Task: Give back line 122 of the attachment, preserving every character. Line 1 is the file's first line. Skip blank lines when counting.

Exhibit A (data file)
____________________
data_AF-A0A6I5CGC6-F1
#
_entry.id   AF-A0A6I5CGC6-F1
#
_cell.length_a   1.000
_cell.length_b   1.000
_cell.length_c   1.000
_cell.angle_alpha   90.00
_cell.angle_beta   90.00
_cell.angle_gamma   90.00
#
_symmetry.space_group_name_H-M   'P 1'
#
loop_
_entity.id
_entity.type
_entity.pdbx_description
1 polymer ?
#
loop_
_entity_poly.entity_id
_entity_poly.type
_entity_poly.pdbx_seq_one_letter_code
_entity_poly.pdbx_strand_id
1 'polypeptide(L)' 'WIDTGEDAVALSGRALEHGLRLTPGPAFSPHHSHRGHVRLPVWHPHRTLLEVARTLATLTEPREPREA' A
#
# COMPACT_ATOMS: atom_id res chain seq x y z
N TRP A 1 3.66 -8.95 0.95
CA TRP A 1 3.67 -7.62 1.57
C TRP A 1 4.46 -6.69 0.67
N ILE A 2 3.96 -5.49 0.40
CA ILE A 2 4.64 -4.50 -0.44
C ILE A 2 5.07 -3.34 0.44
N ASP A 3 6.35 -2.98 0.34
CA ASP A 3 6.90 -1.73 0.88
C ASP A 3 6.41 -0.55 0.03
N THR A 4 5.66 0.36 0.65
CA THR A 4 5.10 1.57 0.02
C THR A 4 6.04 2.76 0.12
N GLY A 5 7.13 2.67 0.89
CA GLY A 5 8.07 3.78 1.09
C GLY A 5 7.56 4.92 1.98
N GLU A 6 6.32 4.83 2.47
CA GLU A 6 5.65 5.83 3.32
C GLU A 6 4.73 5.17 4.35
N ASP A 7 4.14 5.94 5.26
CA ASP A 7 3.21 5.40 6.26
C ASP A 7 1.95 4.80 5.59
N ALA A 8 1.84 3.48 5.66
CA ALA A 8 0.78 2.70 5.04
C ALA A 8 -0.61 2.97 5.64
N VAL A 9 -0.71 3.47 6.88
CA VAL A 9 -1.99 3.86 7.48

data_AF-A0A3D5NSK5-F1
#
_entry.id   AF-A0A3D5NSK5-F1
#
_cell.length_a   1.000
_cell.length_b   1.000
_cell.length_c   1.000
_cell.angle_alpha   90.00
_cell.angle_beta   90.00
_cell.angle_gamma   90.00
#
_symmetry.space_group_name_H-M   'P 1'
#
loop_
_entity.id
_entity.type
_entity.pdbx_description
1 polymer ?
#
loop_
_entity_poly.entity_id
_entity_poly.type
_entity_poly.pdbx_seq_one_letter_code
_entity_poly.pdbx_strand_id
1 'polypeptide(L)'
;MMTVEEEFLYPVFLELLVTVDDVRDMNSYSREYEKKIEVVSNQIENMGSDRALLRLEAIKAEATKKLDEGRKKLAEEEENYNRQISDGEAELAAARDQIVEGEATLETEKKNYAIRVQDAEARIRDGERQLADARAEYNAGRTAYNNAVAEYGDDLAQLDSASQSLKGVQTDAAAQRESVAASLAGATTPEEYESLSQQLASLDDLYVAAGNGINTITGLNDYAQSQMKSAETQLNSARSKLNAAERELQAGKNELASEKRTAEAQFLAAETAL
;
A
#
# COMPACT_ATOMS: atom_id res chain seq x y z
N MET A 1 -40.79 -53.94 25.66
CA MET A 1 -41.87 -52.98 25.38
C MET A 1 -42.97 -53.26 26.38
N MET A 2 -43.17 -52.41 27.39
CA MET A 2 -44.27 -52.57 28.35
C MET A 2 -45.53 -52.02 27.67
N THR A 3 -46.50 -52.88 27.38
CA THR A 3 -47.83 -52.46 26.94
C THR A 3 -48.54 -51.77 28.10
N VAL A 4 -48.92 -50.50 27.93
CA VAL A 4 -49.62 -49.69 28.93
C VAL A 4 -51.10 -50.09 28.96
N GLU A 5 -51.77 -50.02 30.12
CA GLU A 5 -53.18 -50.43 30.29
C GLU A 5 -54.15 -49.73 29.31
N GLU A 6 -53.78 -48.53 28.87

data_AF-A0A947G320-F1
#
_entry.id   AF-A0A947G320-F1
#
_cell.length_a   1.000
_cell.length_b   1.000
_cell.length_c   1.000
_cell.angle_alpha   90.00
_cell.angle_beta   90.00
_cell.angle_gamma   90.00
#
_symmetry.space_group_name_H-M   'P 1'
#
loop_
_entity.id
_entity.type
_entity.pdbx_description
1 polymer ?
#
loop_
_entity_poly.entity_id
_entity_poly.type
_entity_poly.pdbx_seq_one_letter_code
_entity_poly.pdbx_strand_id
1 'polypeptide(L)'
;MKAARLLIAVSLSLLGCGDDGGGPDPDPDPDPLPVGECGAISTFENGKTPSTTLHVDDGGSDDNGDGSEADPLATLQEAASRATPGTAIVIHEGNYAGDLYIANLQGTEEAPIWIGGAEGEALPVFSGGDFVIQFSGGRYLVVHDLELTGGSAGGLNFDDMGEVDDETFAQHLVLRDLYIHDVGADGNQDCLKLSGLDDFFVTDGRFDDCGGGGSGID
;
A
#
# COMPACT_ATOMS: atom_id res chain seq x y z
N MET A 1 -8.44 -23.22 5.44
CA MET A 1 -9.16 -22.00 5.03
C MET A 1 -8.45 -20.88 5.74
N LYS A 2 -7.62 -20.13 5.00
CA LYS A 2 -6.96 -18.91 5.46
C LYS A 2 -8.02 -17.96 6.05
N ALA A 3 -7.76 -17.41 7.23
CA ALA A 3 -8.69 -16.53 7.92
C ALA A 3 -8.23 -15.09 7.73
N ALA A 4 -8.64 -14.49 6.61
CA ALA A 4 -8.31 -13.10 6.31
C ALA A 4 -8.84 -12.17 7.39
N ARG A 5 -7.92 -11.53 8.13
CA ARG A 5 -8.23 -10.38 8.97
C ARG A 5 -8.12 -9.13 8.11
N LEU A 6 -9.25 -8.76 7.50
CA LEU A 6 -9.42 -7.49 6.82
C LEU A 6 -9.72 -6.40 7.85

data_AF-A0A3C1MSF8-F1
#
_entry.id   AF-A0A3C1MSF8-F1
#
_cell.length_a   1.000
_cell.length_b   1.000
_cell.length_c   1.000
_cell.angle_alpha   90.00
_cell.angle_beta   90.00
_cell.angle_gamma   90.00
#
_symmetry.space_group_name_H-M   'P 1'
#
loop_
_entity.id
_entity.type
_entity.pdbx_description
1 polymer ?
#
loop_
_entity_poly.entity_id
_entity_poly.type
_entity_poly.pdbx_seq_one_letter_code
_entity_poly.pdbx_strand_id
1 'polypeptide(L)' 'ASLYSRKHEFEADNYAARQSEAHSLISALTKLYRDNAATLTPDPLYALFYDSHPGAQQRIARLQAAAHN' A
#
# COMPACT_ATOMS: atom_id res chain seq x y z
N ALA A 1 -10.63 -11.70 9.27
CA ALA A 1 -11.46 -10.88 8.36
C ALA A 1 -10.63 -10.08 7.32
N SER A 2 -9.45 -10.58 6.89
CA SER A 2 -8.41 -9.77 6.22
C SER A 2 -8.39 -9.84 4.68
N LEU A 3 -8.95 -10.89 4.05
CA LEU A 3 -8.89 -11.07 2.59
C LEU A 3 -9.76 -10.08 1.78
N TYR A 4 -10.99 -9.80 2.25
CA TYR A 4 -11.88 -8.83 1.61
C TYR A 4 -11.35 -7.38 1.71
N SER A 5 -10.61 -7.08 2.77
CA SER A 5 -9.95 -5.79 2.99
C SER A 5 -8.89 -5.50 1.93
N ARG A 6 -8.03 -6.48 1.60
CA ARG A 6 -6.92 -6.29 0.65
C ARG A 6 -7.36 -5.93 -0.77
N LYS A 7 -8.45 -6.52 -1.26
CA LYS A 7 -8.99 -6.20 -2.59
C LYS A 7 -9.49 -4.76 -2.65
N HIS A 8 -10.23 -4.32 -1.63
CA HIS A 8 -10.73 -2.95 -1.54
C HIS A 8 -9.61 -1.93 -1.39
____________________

_entity_poly.pdbx_seq_one_letter_code